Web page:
Come on, dude! Get it together! You could be so amazing!

  • So the Pro Bowl was pretty much all I had left to care about until August, so I had to half-heartedly watched it. It was fine, but it definitely could have used more Jordy and Cobb.

  • Jordy, Randall, and JJ in one picture??? Why did I not fake press credentials and infiltrate Phoenix????? What was I thinking?!

I really dropped the ball on this.

  • I think we all know Sam Shields is not quite Pro Bowl level yet. He got lit up quite a bit. As for John Kuhn, yay for him and all, but they need to make that fullback roster spot a fullback/tight end spot for the Pro Bowl because it’s not really that much of an honor when it’s between you and a couple of other guys who don’t play much.

  • So the obvious highlight from the Pro Bowl was when Jordy Nelson caught a touchdown and then celebrated with Clay Matthews, who was playing for the opposing team. Squeal.

  • One of the Pro Bowl gimmicks is live, in-game tweeting by the players, which led to a very rare occurrence: a Jordy Nelson tweet!!!!

  • Is Lisa Salters the only non-annoying sideline reporter who has ever existed? I actually like her!

  • The uniforms were hideous. Grey and highlighter orange and yellow are not attractive. I don’t know why, but these uniforms make me really mad.

Oh look, Sam Shields getting beat again.

  • The Pro Bowl experimented with narrower field goal posts (14 feet instead of 18) and longer PATs, which led to some misses. Philadelphia Eagles kicker Cody Parkey, who kicked in the Pro Bowl, was not a fan: “They're picking on us … We're already the odd balls on the team.” He makes a good point.

  • New York Giants receiver O’Dell Beckham Jr, who catches touchdowns like this:

  • And warms up for the Pro Bowl like this:

  • ...says he has not been healthy this entire year, due to a hamstring injury that kept him out for the first four games of the season. If what he says is true, and he hasn’t been at 100% this year, that really, really, really sucks for the defensive backs of the league.

  • You know I love JJ Watt, and I had no problem with him winning the Pro Bowl defensive MVP -- he had an interception and a fumble recovery to go with his quarterback pressure -- but Miami Dolphins cornerback Brent Grimes really should have been defensive MVP. He was all over the place! Optimus Grimes, as he is also known, had one interception, and nearly had two or three more. He finished with five passes defensed against the best wide receivers in the NFL.

  • It wouldn’t be a Pro Bowl without the standard wringing of hands over the quality of play. Sportswriters -- because they lead lonely lives mostly devoid of meaning -- can always be counted on to write a “The Pro Bowl Must Be Fixed” article this time of year since the players obviously are not trying very hard. Why should they? Why should they risk injury in a meaningless game? So what if it’s not very competitive? If you don’t like it, don’t watch it. The Pro Bowl is a chance to see cool trick plays, players playing out of position, players goofing off like it’s a backyard game. Yes, it’s boring. But why is that a problem? Millions of people still watch it every year. Since it doesn’t count for anything, people who complain so much about it are free to do something productive with their Sunday for the first time in five months.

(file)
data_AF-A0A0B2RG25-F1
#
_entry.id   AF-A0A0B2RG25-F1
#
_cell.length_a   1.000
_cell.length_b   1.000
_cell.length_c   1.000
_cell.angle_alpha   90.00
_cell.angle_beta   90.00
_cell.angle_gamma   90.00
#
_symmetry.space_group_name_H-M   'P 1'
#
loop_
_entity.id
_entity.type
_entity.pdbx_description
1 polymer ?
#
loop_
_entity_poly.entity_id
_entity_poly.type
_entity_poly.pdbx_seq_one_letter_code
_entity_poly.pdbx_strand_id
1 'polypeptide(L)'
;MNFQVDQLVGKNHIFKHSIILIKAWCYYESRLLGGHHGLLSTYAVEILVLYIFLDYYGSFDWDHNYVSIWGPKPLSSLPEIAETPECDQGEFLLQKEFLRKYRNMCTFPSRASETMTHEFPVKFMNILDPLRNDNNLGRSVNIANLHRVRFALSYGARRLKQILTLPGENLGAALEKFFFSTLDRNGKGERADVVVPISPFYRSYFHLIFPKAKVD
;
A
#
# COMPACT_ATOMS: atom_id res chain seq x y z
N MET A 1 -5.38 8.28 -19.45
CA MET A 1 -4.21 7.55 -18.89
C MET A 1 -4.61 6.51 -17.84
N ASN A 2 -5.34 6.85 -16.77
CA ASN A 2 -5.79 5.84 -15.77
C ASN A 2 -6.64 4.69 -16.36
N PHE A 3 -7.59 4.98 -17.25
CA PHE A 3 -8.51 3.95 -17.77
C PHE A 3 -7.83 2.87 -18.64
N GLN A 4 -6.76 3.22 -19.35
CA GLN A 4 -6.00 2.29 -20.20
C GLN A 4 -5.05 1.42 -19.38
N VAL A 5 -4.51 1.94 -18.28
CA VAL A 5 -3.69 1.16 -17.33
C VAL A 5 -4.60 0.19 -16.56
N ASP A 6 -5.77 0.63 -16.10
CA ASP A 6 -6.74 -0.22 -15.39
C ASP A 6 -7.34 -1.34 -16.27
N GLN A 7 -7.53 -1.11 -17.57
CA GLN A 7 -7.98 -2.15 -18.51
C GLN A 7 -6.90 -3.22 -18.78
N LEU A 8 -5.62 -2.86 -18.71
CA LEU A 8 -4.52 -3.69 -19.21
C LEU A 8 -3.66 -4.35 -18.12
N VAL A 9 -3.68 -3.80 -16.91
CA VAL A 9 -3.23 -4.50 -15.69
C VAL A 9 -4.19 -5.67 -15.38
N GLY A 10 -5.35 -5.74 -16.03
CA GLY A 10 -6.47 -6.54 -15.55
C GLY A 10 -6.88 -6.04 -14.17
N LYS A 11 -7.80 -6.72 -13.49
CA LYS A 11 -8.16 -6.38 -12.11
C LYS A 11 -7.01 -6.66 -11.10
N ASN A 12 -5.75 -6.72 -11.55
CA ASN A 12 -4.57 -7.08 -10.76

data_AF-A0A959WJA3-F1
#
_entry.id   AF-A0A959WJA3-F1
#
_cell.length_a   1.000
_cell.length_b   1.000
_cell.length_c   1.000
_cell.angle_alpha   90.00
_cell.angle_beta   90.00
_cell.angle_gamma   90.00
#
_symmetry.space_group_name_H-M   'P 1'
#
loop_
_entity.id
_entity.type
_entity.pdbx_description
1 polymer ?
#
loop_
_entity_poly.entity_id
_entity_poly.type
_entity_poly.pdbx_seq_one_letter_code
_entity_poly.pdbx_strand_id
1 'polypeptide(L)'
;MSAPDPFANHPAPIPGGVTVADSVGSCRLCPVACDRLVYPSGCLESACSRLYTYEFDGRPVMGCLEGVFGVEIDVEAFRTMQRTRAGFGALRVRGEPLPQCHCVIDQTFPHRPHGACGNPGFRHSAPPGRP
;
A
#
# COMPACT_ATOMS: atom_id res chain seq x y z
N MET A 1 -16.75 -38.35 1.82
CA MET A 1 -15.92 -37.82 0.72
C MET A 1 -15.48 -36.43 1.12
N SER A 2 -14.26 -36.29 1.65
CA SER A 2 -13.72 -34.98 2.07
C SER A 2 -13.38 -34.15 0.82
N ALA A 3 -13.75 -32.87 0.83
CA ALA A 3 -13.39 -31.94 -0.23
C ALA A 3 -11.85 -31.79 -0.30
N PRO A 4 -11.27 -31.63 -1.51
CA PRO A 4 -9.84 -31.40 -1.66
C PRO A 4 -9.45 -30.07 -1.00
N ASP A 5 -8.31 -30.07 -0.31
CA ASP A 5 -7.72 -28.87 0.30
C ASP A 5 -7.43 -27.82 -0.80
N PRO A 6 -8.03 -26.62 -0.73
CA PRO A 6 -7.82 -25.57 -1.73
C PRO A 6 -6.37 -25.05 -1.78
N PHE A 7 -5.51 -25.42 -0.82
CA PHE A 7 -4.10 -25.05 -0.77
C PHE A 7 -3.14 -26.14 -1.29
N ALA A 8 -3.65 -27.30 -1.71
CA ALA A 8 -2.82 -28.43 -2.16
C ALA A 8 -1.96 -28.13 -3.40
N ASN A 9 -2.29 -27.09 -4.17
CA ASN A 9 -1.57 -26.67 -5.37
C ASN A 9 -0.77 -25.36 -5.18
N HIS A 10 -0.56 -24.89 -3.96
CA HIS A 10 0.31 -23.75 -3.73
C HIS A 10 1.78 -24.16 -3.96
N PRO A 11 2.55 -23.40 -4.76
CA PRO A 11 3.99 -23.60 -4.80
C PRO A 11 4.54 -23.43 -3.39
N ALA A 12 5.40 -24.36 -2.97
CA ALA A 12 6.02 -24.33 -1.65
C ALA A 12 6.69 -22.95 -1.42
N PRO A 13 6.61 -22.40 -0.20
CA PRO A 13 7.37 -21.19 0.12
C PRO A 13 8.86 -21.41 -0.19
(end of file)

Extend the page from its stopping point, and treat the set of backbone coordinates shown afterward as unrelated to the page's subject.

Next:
Also, sportswriters, you get a free trip to a warm location, so quit with the angst.

  • To be honest, I watched a lot of the game on fast-forward. The upside is the seemingly interminable game felt dragged on at a slightly faster pace. The downside is I’m sure I missed a lot of Jon Gruden lines. I caught one or two that made the game worthwhile, like:
    • On JJ Watt: “I don’t know how he isn’t the MVP of pro football.”
      Mike Tirico: “So you would take him over Aaron Rodgers?” Gruden: “Well, I don’t know…
    • On Tony Romo: “Great to see him finally have a healthy season this year.” Do you mean other than the two vertebrae he fractured??

  • Charles Woodson was just signed by the Oakland Raiders for his 18th season! I MISS YOU, CHARLES!!

We'll always have this moment.

Monday, January 19, 2015

Well, That Sucked.

  • Wow. That hurt. A lot. More than anyone could reasonably expect a sporting event to hurt. In a never-going-to-get-over-this kind of way.

  • There’s plenty of blame to go around. Brandon Bostick for leaving his assignment on the onside kick -- Jordy was going to get that if you just did your job and blocked! (Bostick was very, very sad after the game.); AJ Hawk for his inexplicable decision to chase the punter on Seattle’s fake field goal for a touchdown (apparently he thought a punter 20 yards from the goal line was so dangerous that he needed to leave his man open in the endzone to pursue the punter); Brad Jones for being so bad that Seattle designed the fake punt play around him; Morgan Burnett for his decision to go to the ground on his interception, even though he had open field in front of him (there was so much open field! They could have at least gotten into field goal position! Julius Peppers may have to take some of the blame here, as he was the one who signaled Burnett to go down.); HaHa Clinton-Dix on his pitiful coverage on the Seahawks’ two-point conversion (why didn’t he try?!); and Mike McCarthy. Oh lord. Mike. McCarthy.